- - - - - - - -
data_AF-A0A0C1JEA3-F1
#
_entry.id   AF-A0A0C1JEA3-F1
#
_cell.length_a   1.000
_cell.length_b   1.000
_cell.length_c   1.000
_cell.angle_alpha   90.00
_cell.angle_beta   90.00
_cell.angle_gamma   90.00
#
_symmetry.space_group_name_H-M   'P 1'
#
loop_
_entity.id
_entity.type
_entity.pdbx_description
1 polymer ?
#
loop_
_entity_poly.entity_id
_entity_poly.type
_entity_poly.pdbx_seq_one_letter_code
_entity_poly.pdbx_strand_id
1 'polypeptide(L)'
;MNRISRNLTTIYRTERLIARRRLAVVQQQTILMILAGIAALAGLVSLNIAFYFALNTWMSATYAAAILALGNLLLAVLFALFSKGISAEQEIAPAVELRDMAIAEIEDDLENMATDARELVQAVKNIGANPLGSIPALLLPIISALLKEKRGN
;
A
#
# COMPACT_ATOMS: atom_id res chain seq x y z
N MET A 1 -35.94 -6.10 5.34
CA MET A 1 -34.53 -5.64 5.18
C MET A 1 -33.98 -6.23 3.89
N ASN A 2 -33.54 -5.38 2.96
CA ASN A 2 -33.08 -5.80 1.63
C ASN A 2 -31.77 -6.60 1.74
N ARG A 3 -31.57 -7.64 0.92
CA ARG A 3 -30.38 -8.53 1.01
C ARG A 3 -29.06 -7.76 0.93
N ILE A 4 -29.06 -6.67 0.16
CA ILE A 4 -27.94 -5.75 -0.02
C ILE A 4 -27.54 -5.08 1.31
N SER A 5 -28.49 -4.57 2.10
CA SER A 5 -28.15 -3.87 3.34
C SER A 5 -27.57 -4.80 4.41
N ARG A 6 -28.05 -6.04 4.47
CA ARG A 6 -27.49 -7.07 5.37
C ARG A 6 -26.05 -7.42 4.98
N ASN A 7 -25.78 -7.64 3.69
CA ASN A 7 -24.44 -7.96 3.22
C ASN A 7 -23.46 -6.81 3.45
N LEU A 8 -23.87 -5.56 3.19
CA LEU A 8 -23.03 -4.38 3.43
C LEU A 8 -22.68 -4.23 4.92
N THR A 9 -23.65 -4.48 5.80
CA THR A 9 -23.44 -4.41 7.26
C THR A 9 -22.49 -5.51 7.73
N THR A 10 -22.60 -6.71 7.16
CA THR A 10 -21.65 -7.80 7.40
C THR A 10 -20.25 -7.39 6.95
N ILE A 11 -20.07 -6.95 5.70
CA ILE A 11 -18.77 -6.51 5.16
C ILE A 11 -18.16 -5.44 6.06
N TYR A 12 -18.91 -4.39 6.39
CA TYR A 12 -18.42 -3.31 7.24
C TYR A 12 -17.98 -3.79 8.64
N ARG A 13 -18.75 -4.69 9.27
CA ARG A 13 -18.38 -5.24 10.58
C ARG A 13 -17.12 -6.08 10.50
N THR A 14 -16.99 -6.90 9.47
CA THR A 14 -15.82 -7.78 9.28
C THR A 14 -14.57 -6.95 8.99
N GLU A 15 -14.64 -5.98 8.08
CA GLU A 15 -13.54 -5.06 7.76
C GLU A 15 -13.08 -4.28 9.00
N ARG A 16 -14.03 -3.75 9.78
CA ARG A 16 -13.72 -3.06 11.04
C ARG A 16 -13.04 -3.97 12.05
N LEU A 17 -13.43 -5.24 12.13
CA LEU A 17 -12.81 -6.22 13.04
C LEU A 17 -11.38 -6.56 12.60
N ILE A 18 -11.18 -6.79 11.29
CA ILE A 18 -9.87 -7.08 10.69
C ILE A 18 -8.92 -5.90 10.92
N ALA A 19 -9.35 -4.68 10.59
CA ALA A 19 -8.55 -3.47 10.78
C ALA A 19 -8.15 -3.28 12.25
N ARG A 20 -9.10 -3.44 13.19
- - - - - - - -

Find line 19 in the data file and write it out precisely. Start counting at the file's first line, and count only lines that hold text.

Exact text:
#